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Infrared Photography

Like many others I equally enjoy seeing artwork that shows different perspectives and to me infrared photography can be used to create alternative concepts. Prior to my pieces of work being displayed, I have written a brief introduction to infrared and infrared photography. If though you wish to jump through the intro and go directly to the images, click here.

Infrared (IR)

Ignoring the fact that some of us have to wear glasses or contact lenses (I occasionally wear glasses); the majority of us have, thankfully, a good eye sight. Vision is captured by our eyes and the respective retinas convert the sight into electrical signals. The optic nerve transmits the signals to the brain, which interprets the message and informs us of what we are seeing. That is a simplistic way of describing our biological visual system, though the question is based, in physics, as to how objects are visible?

Our eyes are capable of seeing the visible spectrum (also known as visible light or white light, yet simply, light) and it is a small part of the electromagnetic spectrum (EM spectrum). The main source of the EM spectrum is from the sun and on a day without clouds, it is brightest at noon. (The speed of the EM spectrum, in a vacuum, is 186,282 miles per second). The visible spectrum has different colours and below is a table showing them; however if you are expecting to see indigo, it is not shown. In Sir Isaac Newton's book, Opticks, he used the Latin word spectrum (in English, appearance) and divided the book into seven categories with each related to the colours. Indigo is between violet and blue. As it is virtually impossible to spot indigo current scientists removed it from the spectrum. Beside the colours you will see the respective frequencies and the measurement in nanometres (nm). The point of showing the frequencies is due to our eyesight, as we can see anything that is within roughly 390-700nm:


You will notice that violet appears to start at below 390nm and that red ends above 700nm. Things do not always start and finish at the same point and to correlate this, you can see the separate colours by looking at the next rainbow.

The illustration shows how white light passing through a prism can create the respective colours. Notice how red is refracted less so that violet and that is based on their frequencies:

By looking at a rainbow you are seeing all the separate colours; however suppose you are looking at an apple, what makes it look red? As mentioned earlier, visible spectrum is also known as white light and the word white is used as no colours are shown. When the white light streams onto an object there are three things that can happen: 1) Transmitted, 2) Absorbed and 3) Reflected. Dependent on the result, two things can happen: 1) Transparent and 2) Opaque. The table shows how this works:

TransparentThe visual spectrum's frequencies do not match the object's frequencies and they will be "transmitted" through the object.
OpaqueParts of the visual spectrum's frequency do match and they will be "absorbed" in the object.

The remaining wavelengths will be "reflected" to our eyes and our brain gives us the object's colour.

Before discussing IR, remember that due to the reflection of the visible spectrum from the object, we know its colour. It is not that the object itself has a colour. To clarify, consider that on a very dark night you would be unable to tell the colour of the apple, yet in daylight you will know.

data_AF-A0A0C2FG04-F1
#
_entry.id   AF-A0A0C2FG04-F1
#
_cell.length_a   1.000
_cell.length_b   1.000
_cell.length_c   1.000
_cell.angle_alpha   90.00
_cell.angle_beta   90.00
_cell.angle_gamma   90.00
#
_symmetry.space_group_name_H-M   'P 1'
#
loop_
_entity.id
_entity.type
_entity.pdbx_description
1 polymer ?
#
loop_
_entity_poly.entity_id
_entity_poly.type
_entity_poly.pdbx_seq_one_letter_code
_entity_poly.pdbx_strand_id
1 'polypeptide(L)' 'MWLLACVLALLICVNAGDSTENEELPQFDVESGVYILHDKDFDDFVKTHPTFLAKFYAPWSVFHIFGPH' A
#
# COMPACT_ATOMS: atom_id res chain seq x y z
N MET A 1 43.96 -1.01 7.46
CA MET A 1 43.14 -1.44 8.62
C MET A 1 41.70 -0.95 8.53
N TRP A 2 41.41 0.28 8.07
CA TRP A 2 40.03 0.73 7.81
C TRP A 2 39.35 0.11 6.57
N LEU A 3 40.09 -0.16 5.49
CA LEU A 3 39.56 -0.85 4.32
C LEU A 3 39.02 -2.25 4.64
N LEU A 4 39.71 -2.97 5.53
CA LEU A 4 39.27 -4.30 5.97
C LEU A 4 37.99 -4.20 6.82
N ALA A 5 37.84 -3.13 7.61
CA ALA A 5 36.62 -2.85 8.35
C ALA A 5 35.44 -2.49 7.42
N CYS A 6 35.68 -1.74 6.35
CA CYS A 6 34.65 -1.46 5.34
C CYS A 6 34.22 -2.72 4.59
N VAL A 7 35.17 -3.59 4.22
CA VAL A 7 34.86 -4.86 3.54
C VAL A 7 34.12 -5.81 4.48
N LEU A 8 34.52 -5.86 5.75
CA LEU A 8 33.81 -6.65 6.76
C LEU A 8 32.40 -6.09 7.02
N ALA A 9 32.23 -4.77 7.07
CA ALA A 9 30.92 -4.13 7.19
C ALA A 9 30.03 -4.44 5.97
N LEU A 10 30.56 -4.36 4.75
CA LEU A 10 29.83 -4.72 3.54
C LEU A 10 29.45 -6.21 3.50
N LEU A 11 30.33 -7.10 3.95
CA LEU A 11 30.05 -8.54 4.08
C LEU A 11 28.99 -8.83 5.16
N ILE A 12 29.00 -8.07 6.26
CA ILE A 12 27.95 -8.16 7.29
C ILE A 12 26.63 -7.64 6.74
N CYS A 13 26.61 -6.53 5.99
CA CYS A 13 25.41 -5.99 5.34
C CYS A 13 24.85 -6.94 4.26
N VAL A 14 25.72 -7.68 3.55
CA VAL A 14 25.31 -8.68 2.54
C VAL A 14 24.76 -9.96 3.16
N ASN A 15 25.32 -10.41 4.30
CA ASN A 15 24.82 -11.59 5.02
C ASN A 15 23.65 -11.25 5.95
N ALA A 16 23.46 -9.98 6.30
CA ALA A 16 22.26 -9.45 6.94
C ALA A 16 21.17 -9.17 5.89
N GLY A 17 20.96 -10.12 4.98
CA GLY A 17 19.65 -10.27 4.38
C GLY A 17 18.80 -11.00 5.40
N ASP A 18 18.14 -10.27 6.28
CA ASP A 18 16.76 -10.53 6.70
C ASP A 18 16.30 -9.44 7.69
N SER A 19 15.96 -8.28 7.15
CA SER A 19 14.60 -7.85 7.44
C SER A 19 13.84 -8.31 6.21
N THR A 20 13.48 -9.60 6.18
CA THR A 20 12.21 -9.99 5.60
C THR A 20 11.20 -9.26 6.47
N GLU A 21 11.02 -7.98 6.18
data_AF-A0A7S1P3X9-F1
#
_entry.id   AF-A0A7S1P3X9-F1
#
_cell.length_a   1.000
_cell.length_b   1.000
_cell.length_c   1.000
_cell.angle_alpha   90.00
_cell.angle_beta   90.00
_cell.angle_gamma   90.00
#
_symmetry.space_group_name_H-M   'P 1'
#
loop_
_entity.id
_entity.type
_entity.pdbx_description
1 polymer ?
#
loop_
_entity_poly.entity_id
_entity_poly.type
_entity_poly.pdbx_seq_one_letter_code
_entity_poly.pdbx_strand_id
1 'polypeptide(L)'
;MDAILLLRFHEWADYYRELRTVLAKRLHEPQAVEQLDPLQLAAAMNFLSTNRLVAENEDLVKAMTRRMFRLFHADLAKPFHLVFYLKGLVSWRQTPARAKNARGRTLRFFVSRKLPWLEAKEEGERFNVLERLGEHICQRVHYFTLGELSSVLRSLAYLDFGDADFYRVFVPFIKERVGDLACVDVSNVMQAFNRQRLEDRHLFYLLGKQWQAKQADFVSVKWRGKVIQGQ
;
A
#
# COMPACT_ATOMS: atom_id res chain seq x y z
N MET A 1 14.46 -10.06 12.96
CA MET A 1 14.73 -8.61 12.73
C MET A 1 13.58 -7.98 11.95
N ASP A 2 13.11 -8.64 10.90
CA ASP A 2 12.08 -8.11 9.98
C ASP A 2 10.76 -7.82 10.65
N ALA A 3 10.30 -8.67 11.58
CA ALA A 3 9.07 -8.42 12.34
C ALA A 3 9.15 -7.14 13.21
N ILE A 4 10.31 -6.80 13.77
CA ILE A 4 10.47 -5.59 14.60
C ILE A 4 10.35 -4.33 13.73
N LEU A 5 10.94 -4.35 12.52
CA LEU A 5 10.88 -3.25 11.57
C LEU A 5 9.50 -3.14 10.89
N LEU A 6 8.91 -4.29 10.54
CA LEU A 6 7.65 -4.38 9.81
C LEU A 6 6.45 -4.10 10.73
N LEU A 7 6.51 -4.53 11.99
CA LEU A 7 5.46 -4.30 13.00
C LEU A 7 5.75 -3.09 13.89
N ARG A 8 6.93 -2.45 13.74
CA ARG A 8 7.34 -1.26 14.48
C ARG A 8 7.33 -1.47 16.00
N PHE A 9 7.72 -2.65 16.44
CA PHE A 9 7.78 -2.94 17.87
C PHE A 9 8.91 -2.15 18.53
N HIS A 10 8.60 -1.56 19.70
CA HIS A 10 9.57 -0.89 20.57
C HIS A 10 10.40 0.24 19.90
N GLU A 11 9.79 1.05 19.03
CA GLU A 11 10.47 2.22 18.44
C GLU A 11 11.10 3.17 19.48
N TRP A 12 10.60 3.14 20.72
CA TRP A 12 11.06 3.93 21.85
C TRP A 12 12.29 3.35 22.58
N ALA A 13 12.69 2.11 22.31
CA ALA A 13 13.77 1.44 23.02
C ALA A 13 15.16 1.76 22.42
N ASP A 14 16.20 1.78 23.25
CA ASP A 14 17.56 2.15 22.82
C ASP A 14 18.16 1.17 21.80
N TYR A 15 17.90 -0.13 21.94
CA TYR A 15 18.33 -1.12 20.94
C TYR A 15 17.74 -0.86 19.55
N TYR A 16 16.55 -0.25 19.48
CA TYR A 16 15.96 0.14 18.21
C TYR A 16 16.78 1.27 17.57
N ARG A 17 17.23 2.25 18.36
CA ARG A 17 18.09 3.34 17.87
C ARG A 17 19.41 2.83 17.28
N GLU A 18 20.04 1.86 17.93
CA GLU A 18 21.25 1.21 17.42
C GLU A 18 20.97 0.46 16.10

Previously I mentioned that the frequency of the visible spectrum is from circa 390-700nm and that it is just a small part of the EM spectrum. The table below shows that spectrum:

Gamma RaysFrom lower to 10 picometres (pm)
X-rays 0.01-10nm
Ultraviolet 10-400nm
Visible Light 390-700nm
Infrared 700nm-1 millimetre (mm)
Microwaves 1mm-1 metre (m)
Radio Waves 1m-100 Megametres (Mm)

On a sunny day in 1800 Sir William Herschel was testing the effect of light and heat. The darkroom was set-up to allow a small stream of bright light to enter a window. The light passed through a prism, which in turn created a rainbow. Arranged thermometers captured the separate colour, allowing him to observe and note the readings. He found that with violet, and so too the other colours, the temperature shown on the thermometer increased slower than that of red. This information triggered him to search further and on another day he arranged for the thermometers to register anything that he cannot see, namely above red. In essence he uncovered IR.

IR Photography

IR has different regions, which are: Near-IR, Mid-IR and Far-IR. The IR images I am photographing come from either a traditional film camera, where I am using an IR filter, or from a converted camera. In both cases the wavelengths start at 720nm and are within the Near-IR.

The images, shown in the table below, have the same photograph per row; however two difference styles. The first column shows the traditional IR images with the second column showing Faux Colour. Faux Colour, sometimes called False Colour, is the colours we would not expect.

N.B. This is an ongoing project, so please re-visit this page.

Traditional Faux Colour

Chantry Mansion

Chantry Mansion Faux


Neigh Faux


Martello Faux


Meadows Faux


Path Faux


Fork Faux


Snag Faux


Track Faux


Slapping Faux


Pond Faux




Tranquil Faux

Helt The Skelt

Helt The Skelt Faux

Ninety Degrees

Ninety Degrees Faux


Undercliff Faux

Straight Lines

Straight Lines Faux


Lattice Faux


Ploughing Faux

Dic Mere

Dic Mere Faux

Little Star

Little Star Faux

Damse Vaart

Damse Vaart Faux



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